What About Child Support?
Child support is decided based on factors such as the income of both parents, how often each parent has the child overnight, how many children the parents have together and with other partners, the cost of work-related childcare, and the cost of providing health insurance for the children. These factors determine the presumptive amount of child support owed by one parent to the other, but the court may also deviate from this number based on many different considerations, including a child’s enrollment in private school, the cost of travel to see the child if a parent lives far away, the child’s special needs, etc.
Can Other Family Members File for Custody?
According to Virginia law, any “persons with a legitimate interest” in the child’s welfare may file for either custody or visitation rights. This includes their grandparents, blood relatives, stepparents, former stepparents, etc. Therefore, if the person who filed for custody can prove that the child will suffer actual harm without scheduled time with that person, they may be given custodial rights varying from sole custody, shared custody, or visitation rights.
What About the Child’s Preference?
In Virginia, there is no set age that gives a child the legal right to choose their custodial parent. However, the court must consider the child’s wishes if the child is deemed to be of an appropriate age and intelligence to voice an opinion–which is usually around age 11 or 12. That said, most judges do not want a child to testify in the courtroom and be put in the middle of their parents’ disagreement, and the child’s stated preference does not control the court’s ultimate decision.
Should a Parent Propose a Parenting Plan?
A parenting plan can be a good way to ensure that both parents are on the same page. A parent may propose a parenting plan if they’d like, but it’s not a requirement of Virginia law. If no plan is proposed by either parent, the court will resolve all open issues.
Does the Woman Have a Better Chance at Gaining Custody?
It’s long been said that women have a better chance of getting custody, but is this actually true? In Virginia, the courts can use no inference or presumption to favor either parent. This means that the mother and father stand on equal footing at the onset of all custody cases.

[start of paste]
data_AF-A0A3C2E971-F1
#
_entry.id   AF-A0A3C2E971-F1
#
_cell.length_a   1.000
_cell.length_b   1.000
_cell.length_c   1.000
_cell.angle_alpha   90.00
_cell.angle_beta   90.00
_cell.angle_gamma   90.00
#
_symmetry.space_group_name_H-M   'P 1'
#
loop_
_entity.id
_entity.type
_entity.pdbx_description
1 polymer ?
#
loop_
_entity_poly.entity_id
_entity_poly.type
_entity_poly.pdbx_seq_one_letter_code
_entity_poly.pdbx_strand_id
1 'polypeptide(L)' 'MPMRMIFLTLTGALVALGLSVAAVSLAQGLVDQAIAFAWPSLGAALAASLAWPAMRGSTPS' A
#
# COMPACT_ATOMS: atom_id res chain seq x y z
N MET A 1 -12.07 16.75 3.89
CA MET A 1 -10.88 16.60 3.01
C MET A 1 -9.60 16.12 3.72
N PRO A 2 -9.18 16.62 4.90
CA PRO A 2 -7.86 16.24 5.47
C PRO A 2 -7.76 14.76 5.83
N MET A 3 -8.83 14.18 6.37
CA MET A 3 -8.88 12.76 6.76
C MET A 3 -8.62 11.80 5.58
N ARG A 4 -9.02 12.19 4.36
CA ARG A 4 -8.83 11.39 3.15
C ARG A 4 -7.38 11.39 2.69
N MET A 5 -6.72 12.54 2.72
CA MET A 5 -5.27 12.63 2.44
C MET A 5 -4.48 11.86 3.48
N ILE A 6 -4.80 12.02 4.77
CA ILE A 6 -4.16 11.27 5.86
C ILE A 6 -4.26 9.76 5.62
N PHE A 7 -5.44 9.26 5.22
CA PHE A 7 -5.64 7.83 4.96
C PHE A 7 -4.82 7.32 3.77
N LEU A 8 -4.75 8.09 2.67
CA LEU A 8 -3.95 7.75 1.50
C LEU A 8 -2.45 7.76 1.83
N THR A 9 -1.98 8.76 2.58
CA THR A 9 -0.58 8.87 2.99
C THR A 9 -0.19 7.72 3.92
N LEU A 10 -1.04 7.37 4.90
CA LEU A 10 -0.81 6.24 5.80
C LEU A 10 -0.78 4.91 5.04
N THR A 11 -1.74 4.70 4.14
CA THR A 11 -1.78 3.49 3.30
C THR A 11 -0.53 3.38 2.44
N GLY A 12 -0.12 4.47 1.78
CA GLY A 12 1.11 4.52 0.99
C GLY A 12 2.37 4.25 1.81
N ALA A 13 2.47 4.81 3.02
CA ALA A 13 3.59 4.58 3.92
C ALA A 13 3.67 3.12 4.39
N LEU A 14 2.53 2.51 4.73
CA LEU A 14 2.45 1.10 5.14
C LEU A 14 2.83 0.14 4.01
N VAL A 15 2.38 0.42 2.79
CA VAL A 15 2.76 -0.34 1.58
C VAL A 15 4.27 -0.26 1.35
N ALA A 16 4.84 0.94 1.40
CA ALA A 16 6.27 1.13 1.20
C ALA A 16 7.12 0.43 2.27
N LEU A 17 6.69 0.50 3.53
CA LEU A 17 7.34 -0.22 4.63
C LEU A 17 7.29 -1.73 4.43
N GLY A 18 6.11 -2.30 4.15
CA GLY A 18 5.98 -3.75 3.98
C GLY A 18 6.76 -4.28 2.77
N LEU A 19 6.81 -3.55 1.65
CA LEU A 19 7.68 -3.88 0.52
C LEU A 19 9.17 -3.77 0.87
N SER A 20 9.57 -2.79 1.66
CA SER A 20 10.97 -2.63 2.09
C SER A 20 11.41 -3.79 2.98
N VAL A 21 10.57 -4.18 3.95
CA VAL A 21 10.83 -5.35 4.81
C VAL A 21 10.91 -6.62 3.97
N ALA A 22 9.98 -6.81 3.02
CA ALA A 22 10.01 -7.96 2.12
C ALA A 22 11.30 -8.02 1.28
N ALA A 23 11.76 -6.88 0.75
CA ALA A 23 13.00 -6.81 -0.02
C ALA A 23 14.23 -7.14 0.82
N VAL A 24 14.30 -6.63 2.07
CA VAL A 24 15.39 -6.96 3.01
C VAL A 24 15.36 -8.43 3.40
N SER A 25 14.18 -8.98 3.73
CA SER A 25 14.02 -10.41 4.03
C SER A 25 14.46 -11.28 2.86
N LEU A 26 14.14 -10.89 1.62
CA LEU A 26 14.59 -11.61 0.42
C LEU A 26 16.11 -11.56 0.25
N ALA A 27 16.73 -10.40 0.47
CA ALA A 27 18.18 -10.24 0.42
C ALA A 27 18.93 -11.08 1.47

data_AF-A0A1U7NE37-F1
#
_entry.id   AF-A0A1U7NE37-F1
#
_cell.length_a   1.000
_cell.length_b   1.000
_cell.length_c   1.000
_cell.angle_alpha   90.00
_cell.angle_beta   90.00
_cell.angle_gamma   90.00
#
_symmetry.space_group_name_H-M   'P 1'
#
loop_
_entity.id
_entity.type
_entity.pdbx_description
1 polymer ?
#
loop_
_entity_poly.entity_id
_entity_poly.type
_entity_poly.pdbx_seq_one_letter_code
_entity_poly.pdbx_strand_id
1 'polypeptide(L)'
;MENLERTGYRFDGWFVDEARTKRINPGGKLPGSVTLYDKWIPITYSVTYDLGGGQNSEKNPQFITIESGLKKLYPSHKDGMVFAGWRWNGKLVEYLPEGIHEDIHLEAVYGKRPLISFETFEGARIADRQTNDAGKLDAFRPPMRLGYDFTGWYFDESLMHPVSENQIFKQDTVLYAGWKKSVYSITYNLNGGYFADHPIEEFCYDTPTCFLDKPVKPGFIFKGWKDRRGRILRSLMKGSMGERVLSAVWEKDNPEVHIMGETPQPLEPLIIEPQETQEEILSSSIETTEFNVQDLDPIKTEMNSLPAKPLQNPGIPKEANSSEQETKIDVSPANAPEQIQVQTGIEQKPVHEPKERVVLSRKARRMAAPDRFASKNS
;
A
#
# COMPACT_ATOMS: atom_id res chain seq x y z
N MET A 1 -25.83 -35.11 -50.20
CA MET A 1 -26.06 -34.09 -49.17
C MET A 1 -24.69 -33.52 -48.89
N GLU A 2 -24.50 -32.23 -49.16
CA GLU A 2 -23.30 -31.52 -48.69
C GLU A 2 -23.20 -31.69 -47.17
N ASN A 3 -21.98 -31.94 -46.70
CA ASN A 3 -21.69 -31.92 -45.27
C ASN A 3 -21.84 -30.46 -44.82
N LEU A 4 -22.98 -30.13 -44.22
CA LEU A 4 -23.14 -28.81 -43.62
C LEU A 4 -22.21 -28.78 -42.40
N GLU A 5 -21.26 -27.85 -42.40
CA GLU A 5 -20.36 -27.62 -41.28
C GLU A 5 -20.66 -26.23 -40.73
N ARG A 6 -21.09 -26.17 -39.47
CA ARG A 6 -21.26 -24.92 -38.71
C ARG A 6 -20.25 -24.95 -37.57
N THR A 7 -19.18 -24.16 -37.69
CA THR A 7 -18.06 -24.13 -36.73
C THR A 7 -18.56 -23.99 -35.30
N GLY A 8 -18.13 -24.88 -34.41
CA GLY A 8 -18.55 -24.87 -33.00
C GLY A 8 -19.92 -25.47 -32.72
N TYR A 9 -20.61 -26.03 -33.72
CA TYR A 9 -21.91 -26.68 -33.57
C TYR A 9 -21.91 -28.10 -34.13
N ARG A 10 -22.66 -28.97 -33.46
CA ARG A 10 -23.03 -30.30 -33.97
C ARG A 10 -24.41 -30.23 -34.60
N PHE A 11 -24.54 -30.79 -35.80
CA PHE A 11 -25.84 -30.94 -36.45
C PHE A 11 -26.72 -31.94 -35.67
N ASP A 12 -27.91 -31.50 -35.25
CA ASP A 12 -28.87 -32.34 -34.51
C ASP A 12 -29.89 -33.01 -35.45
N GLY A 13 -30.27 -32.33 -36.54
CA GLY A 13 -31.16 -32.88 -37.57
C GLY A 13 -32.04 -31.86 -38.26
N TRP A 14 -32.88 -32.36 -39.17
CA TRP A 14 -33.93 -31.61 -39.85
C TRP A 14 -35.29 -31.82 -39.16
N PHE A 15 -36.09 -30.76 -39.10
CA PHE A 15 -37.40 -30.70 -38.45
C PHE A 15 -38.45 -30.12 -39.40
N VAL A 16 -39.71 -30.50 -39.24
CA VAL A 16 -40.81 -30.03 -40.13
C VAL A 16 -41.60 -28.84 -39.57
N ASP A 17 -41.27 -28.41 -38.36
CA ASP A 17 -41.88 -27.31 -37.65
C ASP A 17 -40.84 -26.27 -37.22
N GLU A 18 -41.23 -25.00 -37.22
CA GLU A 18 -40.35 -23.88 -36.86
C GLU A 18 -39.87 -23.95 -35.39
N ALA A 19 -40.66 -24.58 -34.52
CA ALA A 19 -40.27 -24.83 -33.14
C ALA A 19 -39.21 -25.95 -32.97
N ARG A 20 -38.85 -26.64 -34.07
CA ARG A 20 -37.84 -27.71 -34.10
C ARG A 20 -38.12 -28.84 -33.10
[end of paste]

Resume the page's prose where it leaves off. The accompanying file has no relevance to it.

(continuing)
When will Child Custody be Resolved?
If you are married and have children, Virginia law dictates that you must be separated for a full year before a divorce can be granted. This means that the custody case will be unresolved for an extended period of time unless the parents reach an agreement. There may be a temporary order issued if the parents are residing in separate households, but each court has different rules and requirements for temporary custody orders. However, getting a final order for custody will usually take at least one year. Therefore, it’s always in the entire family’s best interests for the parents to try to negotiate a custody agreement rather than ask a judge to decide what is best for their kids.
Getting Legal Help for a Child Custody Case
Even if you and your spouse or partner are splitting amicably, there may be many considerations regarding co-parenting in separate households that you haven’t contemplated, which can cause conflict in the future. Choosing an attorney you can count on may be one of the single most important things you can do to ensure the best possible outcome for your child. Contact the legal professionals at MDB Family Law to find out how we can help!